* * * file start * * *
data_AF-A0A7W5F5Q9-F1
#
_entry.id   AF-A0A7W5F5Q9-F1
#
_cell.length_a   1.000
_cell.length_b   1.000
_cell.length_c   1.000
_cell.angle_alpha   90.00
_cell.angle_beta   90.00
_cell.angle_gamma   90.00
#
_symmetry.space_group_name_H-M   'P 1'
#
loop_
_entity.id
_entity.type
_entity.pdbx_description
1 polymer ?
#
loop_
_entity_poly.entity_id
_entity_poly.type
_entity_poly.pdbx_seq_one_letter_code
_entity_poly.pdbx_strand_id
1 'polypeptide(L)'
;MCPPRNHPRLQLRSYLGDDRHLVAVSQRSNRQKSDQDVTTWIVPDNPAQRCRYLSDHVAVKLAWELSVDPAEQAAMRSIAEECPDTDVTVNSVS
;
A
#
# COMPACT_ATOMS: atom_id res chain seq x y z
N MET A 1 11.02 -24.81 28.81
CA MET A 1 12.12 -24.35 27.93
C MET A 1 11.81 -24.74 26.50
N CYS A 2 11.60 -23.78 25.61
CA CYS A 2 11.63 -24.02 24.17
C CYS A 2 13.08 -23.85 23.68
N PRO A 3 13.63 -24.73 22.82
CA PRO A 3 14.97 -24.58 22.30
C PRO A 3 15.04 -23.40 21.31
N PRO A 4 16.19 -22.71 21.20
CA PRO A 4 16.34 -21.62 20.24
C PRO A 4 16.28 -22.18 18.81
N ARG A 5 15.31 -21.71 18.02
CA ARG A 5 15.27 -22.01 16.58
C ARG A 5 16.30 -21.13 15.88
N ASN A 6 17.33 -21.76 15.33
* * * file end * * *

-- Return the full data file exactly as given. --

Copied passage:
data_AF-A0A7W5F5Q9-F1
#
_entry.id   AF-A0A7W5F5Q9-F1
#
_cell.length_a   1.000
_cell.length_b   1.000
_cell.length_c   1.000
_cell.angle_alpha   90.00
_cell.angle_beta   90.00
_cell.angle_gamma   90.00
#
_symmetry.space_group_name_H-M   'P 1'
#
loop_
_entity.id
_entity.type
_entity.pdbx_description
1 polymer ?
#
loop_
_entity_poly.entity_id
_entity_poly.type
_entity_poly.pdbx_seq_one_letter_code
_entity_poly.pdbx_strand_id
1 'polypeptide(L)'
;MCPPRNHPRLQLRSYLGDDRHLVAVSQRSNRQKSDQDVTTWIVPDNPAQRCRYLSDHVAVKLAWELSVDPAEQAAMRSIAEECPDTDVTVNSVS
;
A
#
# COMPACT_ATOMS: atom_id res chain seq x y z
N MET A 1 11.02 -24.81 28.81
CA MET A 1 12.12 -24.35 27.93
C MET A 1 11.81 -24.74 26.50
N CYS A 2 11.60 -23.78 25.61
CA CYS A 2 11.63 -24.02 24.17
C CYS A 2 13.08 -23.85 23.68
N PRO A 3 13.63 -24.73 22.82
CA PRO A 3 14.97 -24.58 22.30
C PRO A 3 15.04 -23.40 21.31
N PRO A 4 16.19 -22.71 21.20
CA PRO A 4 16.34 -21.62 20.24
C PRO A 4 16.28 -22.18 18.81
N ARG A 5 15.31 -21.71 18.02
CA ARG A 5 15.27 -22.01 16.58
C ARG A 5 16.30 -21.13 15.88
N ASN A 6 17.33 -21.76 15.33